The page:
For the moment, the precise shape of Trump-branded targets is hard to make out. At the annual meeting of the National Association of Attorneys General in Fort Lauderdale, Fla., two weeks ago, bipartisan bewilderment about the president-elect’s true intentions abounded. (Republican state attorneys general will slightly outnumber Democrats in 2017.)
“People are coming up to me and saying, ‘What’s going to happen?’” said James E. Tierney, a former attorney general of Maine, who ran a program studying attorneys general at Columbia Law School. Mr. Tierney, a Democrat, now lectures at Harvard Law School. “There’s a lot of eye-rolling down here, in both parties, like, ‘Oh my God.’”
Even as attorneys general from blue strongholds like California, Massachusetts and New York hasten to brand themselves as leaders of the opposition, many of their Democratic colleagues are striking a less antagonistic note as they wait to see how Mr. Trump will govern.
One incoming attorney general, T.J. Donovan of Vermont, said he was ready to collaborate with the federal government to tackle the heroin epidemic in his state, among other issues — and to dissent when necessary. “Let’s be patient and wait and see what happens,” he said. “But at the same time, let’s be prepared.”
Mr. Schneiderman, it seems, is not straining to give Mr. Trump the benefit of the doubt. Since Election Day, he said in an interview, he has spoken to several attorneys general about teaming up, as Democratic attorneys general have already done to defend Mr. Obama’s clean-power plan against Republican legal challenges.
“Life just got a lot more exciting for those of us at the state level who are now the first line of defense,” said Mr. Schneiderman, adapting a favorite catchphrase of Republican attorneys general.
Their litigiousness turned attorneys general like Greg Abbott, now the governor of Texas, into right-wing luminaries. He often rallied crowds by saying, “I go to the office in the morning, I sue Barack Obama, and then I go home.”
Next year, there is likely to be no shortage of Democrats who can say the same about Mr. Trump.
The states’ rights arguments that Republicans have made gospel for nearly eight years — that states must serve as a check against federal overreach — are likely to become convenient for Democrats. So are the legal tactics that Republican attorneys general used to stifle Obama administration programs, including filing lawsuits in front of friendly local judges to win nationwide injunctions against policies they hoped to stop, said Amanda Frost, a professor at American University’s Washington College of Law.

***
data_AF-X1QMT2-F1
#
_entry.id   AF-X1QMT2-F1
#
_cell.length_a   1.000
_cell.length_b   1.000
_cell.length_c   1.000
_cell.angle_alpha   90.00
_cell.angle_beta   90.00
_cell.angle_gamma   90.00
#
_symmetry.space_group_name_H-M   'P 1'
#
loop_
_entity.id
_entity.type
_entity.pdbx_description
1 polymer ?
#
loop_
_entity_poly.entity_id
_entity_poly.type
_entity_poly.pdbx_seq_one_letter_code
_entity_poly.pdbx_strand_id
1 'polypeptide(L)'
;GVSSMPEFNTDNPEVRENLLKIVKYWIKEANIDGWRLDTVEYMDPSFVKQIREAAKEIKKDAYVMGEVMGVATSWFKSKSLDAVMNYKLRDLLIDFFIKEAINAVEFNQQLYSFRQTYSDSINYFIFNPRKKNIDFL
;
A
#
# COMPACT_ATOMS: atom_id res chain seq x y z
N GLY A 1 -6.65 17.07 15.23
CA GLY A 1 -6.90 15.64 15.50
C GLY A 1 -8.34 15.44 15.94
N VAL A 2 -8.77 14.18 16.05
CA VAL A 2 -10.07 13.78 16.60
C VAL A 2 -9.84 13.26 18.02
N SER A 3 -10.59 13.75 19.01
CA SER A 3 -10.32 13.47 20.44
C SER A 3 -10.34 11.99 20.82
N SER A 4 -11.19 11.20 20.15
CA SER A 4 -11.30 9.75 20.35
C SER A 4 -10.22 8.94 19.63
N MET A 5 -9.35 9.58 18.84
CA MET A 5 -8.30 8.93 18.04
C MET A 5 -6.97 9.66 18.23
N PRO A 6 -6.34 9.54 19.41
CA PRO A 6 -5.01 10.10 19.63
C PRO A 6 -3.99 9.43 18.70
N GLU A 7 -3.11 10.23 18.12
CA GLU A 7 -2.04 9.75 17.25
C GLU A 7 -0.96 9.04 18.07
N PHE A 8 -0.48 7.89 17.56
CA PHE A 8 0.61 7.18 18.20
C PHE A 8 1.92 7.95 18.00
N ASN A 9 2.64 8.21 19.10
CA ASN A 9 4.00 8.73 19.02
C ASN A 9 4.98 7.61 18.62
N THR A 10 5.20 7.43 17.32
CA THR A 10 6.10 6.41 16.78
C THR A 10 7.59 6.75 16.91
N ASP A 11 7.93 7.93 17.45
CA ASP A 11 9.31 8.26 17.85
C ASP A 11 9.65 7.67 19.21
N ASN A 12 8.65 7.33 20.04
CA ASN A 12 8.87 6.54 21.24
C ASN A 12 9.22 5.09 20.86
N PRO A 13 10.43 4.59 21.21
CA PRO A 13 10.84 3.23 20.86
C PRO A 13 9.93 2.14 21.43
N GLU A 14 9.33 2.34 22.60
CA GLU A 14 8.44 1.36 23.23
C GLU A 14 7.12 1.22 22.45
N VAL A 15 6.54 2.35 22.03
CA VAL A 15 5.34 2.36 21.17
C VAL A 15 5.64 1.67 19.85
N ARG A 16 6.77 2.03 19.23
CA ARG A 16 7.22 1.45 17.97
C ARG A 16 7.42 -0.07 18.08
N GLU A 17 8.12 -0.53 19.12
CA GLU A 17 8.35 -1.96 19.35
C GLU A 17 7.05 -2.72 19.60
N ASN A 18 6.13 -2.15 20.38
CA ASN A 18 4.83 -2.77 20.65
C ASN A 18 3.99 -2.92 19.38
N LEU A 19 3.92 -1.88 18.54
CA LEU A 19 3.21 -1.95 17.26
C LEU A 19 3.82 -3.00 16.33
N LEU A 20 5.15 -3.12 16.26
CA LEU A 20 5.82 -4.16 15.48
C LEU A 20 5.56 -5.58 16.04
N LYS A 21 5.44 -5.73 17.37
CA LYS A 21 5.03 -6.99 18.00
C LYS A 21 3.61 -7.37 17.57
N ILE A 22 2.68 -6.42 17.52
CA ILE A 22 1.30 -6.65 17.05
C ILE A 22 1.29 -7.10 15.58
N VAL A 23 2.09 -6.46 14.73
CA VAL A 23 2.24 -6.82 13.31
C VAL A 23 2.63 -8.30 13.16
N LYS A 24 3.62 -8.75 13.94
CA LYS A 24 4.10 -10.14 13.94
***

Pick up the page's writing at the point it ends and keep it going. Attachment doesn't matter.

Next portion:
With Mr. Trump’s ascension, attorneys general of both parties may shuck any remaining veneer of nonpartisanship, even as they continue to wade across party boundaries on investigations involving consumer protection or pharmaceutical pricing.
According to Paul Nolette, a political-science professor at Marquette University, who studies attorneys general, Republican attorneys general filed partisan legal briefs in only five Supreme Court cases during the Clinton administration, a figure that rose to 97 in the first seven years of the Obama administration.
“Things are being driven more by partisan politics,” Mr. Nolette said. “On virtually every hot-button issue you can imagine, A.G.s are signaling where they stand.”
As Mr. Abbott and Mr. Pruitt found, there are certain advantages to occupying a high-profile law enforcement office with an anti-Washington megaphone.
Josh Shapiro, the incoming Democratic attorney general of Pennsylvania, said he had turned down a run for the Senate this year in favor of the attorney general race. “I believe it to be the most impactful job in government today,” he said.
Other Democrats said they were watching how Mr. Trump would treat the Consumer Financial Protection Board and the Federal Trade Commission.
Under Mr. Obama, attorneys general have grown used to working closely with both agencies on consumer and antitrust issues — “It’s been the golden years,” said Tom Miller, the longtime Democratic attorney general of Iowa — and several said they feared federal regulatory might would shrivel under the new administration, leaving states to try to hold the line with far fewer resources.
“I don’t want to pick fights before there are fights,” said Brian Frosh, the Democratic attorney general of Maryland. “But based on the campaign, there’s cause for concern.”